Title

A Systematic Review Of Measures Of End-of-life Care And Its Outcomes

Document Type

Journal Article

Publisher

Health Research and Educational Trust

Faculty

Faculty of Computing, Health and Science

School

School of Nursing, Midwifery and Postgrad Medicine, WA Centre for Cancer and Palliative Care

Comments

This article was originally published as : Mularski, R. A., Dy, S. M., Shugarman, L. R., Wilkinson, A. M., Lynn, J., Shekelle, P. G., ... & Maglione, M. (2007). A Systematic Review of Measures of End‐of‐Life Care and Its Outcomes. Health services research,42(5), 1848-1870. Access original article here

Abstract

Objective. To identify psychometrically sound measures of outcomes in end-of-life care and to characterize their use in intervention studies. Data Sources. English language articles from 1990 to November 2005 describing measures with published psychometric data and intervention studies of end-of-life care. Study Design. Systematic review of end-of-life care literature. Extraction Methods. Two reviewers organized identified measures into 10 major domains. Eight reviewers extracted and characterized measures from intervention studies. Principal Findings. Of 24,423 citations, we extracted 200 articles that described 261 measures, accepting 99 measures. In addition to 35 measures recommended in a prior systematic review, we identified an additional 64 measures of the end-of-life experience. The most robust measures were in the areas of symptoms, quality of life, and satisfaction; significant gaps existed in continuity of care, advance care planning, spirituality, and caregiver well-being. We also reviewed 84 intervention studies in which 135 patient-centered outcomes were assessed by 97 separate measures. Of these, 80 were used only once and only eight measures were used in more than two studies. Conclusions. In general, most measures have not undergone rigorous development and testing. Measure development in end-of-life care should focus on areas with identified gaps, and testing should be done to facilitate comparability across the care settings, populations, and clinical conditions. Intervention research should use robust measures that adhere to these standards.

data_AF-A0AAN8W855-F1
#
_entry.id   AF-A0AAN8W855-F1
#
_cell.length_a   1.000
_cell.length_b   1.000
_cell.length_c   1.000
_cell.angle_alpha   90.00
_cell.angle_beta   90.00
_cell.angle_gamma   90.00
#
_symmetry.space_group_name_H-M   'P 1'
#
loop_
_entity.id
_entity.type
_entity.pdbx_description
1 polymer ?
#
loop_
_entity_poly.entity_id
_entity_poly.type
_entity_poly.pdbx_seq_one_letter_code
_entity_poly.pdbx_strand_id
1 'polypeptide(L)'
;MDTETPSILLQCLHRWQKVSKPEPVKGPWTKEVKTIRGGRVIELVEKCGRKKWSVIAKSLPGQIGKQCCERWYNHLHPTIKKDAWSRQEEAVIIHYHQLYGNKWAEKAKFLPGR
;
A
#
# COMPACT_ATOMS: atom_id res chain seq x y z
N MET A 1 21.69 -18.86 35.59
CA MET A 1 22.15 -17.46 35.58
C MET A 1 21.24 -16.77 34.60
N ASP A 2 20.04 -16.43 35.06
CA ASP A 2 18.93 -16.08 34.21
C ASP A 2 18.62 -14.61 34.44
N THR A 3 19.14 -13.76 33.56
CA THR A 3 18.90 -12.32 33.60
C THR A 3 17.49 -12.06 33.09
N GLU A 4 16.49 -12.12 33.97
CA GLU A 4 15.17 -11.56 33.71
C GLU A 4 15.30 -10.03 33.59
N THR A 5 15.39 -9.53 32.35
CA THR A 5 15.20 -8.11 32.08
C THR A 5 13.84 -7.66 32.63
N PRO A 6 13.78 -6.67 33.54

DOI

10.1111/j.1475-6773.2007.00721.x

 

Link to publisher version (DOI)

10.1111/j.1475-6773.2007.00721.x